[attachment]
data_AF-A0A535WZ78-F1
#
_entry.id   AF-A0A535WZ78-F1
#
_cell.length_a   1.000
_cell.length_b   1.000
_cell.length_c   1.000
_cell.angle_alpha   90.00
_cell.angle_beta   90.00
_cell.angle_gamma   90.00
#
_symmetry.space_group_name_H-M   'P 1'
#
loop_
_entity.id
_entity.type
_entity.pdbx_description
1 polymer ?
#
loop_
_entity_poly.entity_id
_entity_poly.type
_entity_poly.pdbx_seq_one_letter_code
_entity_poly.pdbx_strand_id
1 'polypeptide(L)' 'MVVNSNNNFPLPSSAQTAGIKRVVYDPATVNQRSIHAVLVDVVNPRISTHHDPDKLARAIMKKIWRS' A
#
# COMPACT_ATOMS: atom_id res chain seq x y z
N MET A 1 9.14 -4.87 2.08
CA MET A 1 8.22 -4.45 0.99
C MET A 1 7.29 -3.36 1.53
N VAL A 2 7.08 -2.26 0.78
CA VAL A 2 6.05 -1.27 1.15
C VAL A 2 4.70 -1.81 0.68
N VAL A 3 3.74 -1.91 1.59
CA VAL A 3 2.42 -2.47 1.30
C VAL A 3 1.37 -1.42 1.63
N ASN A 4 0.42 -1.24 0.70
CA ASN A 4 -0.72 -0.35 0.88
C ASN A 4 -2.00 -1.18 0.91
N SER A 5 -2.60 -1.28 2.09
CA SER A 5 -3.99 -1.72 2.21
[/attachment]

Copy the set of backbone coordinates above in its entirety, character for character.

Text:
data_AF-A0A535WZ78-F1
#
_entry.id   AF-A0A535WZ78-F1
#
_cell.length_a   1.000
_cell.length_b   1.000
_cell.length_c   1.000
_cell.angle_alpha   90.00
_cell.angle_beta   90.00
_cell.angle_gamma   90.00
#
_symmetry.space_group_name_H-M   'P 1'
#
loop_
_entity.id
_entity.type
_entity.pdbx_description
1 polymer ?
#
loop_
_entity_poly.entity_id
_entity_poly.type
_entity_poly.pdbx_seq_one_letter_code
_entity_poly.pdbx_strand_id
1 'polypeptide(L)' 'MVVNSNNNFPLPSSAQTAGIKRVVYDPATVNQRSIHAVLVDVVNPRISTHHDPDKLARAIMKKIWRS' A
#
# COMPACT_ATOMS: atom_id res chain seq x y z
N MET A 1 9.14 -4.87 2.08
CA MET A 1 8.22 -4.45 0.99
C MET A 1 7.29 -3.36 1.53
N VAL A 2 7.08 -2.26 0.78
CA VAL A 2 6.05 -1.27 1.15
C VAL A 2 4.70 -1.81 0.68
N VAL A 3 3.74 -1.91 1.59
CA VAL A 3 2.42 -2.47 1.30
C VAL A 3 1.37 -1.42 1.63
N ASN A 4 0.42 -1.24 0.70
CA ASN A 4 -0.72 -0.35 0.88
C ASN A 4 -2.00 -1.18 0.91
N SER A 5 -2.60 -1.28 2.09
CA SER A 5 -3.99 -1.72 2.21